Expectations Emirates will announce an order more Airbus A380s at this week’s Dubai Airshow have slumped after the Gulf carrier revealed it wants assurances production will continue for at least another decade.
A failure by the A380’s strongest supporter to announce at the airshow will come as a double blow to the European manufacturer after rival Boeing earlier announced Emirates had committed to buy 40 787-10 Dreamliners with a list price of $US15.1 billion.
The A380 deal is still likely to go ahead but it demonstrates that even the Dubai-based carrier, which recently took its 100th A380, is worried about the commitment by Airbus to keep building the big plane in the face of flagging sales.
Emirates President Tim Clark said the airline wanted a commitment that Airbus would keep producing the plane for a minimum of 10 years, although he said 15 would be preferable.
“I think the ownership here are concerned about continuation (of the A380),’’ Clark told Reuters. “They need some copper-bottom guarantees that if we do buy some more, then the line will be continued for a minimum period of years and that they are fully aware of the consequences of cancellation and leaving us high and dry.”
“Those assurances I am sure will come. Quite when, I don’t quite know.”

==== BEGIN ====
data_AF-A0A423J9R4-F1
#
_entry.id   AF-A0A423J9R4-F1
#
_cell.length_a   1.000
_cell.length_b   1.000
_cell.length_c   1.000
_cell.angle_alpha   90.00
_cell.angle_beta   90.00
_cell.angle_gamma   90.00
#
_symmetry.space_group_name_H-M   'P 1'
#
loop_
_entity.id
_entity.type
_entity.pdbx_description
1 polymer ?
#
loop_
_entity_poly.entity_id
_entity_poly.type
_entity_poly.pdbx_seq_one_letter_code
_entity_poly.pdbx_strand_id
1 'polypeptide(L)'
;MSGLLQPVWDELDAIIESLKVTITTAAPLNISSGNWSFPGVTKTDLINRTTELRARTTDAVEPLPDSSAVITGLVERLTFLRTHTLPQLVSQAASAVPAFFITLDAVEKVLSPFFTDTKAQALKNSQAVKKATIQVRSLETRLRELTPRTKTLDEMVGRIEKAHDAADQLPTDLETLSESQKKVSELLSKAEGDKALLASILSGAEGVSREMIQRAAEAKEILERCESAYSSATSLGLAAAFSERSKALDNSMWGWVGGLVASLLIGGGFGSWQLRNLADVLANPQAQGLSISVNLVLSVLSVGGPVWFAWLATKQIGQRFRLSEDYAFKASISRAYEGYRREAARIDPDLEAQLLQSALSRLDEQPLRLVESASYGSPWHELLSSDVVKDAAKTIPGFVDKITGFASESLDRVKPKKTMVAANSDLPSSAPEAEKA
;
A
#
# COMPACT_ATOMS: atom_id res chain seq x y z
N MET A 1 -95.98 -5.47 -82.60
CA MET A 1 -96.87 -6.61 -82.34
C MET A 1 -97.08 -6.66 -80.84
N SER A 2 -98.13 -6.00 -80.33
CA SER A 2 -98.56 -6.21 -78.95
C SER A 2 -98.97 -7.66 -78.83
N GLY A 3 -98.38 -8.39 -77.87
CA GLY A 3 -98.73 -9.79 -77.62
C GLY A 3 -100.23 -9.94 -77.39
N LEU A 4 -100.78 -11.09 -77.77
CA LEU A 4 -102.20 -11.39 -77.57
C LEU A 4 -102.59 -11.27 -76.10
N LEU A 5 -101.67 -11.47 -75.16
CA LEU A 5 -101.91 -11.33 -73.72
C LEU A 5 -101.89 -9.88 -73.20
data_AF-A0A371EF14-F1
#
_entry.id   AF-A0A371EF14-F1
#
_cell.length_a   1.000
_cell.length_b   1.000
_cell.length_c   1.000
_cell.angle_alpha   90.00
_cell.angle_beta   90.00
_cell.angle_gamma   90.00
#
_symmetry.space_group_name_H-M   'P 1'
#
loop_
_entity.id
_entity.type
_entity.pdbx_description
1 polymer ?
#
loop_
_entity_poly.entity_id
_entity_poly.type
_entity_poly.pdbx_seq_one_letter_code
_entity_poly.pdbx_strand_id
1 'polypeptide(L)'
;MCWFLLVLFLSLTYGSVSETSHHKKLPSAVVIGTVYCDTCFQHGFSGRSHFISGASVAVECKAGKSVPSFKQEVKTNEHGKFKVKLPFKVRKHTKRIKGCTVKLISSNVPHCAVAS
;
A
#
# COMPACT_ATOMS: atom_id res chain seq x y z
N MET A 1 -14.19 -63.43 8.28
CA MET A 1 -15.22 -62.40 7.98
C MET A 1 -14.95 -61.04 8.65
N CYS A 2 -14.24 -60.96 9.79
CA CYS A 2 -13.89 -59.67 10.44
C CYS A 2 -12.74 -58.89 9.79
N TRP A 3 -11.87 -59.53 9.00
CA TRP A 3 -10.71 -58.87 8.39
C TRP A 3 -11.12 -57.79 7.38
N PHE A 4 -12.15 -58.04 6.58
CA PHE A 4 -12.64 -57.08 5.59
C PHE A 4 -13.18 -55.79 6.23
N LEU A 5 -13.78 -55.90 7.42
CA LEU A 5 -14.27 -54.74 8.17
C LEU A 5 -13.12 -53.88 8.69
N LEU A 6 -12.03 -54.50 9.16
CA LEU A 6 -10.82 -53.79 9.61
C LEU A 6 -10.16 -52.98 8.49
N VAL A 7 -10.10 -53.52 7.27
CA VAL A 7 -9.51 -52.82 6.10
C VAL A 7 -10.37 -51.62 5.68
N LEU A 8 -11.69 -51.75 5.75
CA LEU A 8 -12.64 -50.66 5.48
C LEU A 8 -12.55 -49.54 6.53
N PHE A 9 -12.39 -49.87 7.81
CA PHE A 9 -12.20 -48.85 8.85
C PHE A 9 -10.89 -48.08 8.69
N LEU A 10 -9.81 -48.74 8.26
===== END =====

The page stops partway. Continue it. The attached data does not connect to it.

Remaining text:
The A380 has proved a popular aircraft with passengers and operators still see an important role for it on busy routes between destinations where landing and take-off slots are at a premium
But the four-engine plane has faced stiff competition from new fuel-efficient twin jets and Airbus has been cutting the production rate.
Meanwhile, twin-aisle aircraft are forecast to continue to dominate aircraft investment by Middle Eastern carriers over the next two decades as they order 3350 new aircraft worth $US730 billion.
US manufacturer Boeing predicts twin-aisle aircraft will make up half of the new orders and, at an estimated cost of $US520 billion, comprise 70 per cent of the value.
“Traffic growth in the Middle East is expected to grow at 5.6 percent annually during the next 20 years,” Boeing Commercial Airplanes vice president Randy Tinseth said.
“The fact that 85 percent of the world’s population lives within an eight-hour flight of the Arabian Gulf, coupled with robust business models and investment in infrastructure, allows carriers in the Middle East to channel traffic through their hubs and offer one-stop service between many cities.”
The growth of low-cost carriers in the region is expected to fuel demand that will see 1770 single-aisle planes valued at $US190m.
Globally, Boeing predicts demand for 41,030 new airplanes, valued at $US6.1 trillion.